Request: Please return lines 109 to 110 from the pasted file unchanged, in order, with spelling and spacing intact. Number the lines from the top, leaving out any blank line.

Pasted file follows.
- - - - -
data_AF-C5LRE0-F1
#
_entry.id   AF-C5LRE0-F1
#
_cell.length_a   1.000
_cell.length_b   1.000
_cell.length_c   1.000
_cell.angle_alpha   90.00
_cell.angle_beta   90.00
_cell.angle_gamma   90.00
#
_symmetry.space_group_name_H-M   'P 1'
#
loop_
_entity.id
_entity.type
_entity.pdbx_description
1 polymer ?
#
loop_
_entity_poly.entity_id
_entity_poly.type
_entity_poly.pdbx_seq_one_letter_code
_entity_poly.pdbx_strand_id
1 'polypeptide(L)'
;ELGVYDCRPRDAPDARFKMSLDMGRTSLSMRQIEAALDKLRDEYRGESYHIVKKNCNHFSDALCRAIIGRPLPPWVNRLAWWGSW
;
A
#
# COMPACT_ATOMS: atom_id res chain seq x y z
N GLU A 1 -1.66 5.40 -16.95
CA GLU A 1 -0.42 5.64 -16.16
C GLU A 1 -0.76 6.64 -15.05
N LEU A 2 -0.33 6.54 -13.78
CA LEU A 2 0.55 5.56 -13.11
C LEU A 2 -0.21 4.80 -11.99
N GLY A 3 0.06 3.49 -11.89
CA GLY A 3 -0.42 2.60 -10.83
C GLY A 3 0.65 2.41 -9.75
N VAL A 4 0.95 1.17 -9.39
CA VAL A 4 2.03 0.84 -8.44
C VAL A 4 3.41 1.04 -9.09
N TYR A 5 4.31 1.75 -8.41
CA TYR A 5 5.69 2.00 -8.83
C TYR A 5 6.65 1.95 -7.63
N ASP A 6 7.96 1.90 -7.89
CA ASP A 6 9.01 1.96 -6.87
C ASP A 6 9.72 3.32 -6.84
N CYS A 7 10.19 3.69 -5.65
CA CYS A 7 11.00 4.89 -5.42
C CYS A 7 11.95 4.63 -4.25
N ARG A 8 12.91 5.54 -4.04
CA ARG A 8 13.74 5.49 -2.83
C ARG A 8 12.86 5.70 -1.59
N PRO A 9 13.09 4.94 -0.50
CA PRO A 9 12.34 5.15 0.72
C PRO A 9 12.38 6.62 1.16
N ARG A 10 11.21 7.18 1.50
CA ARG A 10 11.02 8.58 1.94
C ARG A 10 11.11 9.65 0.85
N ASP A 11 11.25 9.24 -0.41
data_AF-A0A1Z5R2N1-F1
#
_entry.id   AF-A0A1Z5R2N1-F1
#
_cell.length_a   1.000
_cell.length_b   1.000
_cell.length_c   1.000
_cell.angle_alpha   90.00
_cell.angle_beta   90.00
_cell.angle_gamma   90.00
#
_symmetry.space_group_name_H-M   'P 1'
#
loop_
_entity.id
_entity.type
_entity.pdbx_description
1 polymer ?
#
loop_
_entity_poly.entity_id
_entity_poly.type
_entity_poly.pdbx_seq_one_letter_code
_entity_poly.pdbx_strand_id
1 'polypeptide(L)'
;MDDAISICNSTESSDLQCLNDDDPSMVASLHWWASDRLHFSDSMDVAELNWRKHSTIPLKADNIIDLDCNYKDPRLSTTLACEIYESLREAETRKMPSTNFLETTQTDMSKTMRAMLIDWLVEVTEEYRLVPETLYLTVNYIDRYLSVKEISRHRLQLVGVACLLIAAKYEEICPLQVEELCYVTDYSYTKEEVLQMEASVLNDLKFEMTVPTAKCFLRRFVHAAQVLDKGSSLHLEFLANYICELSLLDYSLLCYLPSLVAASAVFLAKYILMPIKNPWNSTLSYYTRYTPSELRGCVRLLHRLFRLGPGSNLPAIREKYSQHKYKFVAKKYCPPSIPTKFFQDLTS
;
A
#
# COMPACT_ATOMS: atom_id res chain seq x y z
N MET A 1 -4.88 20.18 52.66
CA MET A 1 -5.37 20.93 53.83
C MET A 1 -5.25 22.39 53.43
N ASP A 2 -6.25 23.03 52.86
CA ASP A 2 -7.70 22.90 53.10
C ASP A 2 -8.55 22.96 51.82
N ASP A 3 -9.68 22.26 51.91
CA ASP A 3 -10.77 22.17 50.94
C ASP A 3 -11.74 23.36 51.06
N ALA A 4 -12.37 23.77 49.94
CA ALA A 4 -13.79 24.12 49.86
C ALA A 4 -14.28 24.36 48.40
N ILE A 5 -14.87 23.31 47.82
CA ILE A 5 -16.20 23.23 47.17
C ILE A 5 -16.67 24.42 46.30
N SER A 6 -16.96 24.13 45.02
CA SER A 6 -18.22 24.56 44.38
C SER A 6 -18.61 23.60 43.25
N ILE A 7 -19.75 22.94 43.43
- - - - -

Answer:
C SER A 6 -18.61 23.60 43.25
N ILE A 7 -19.75 22.94 43.43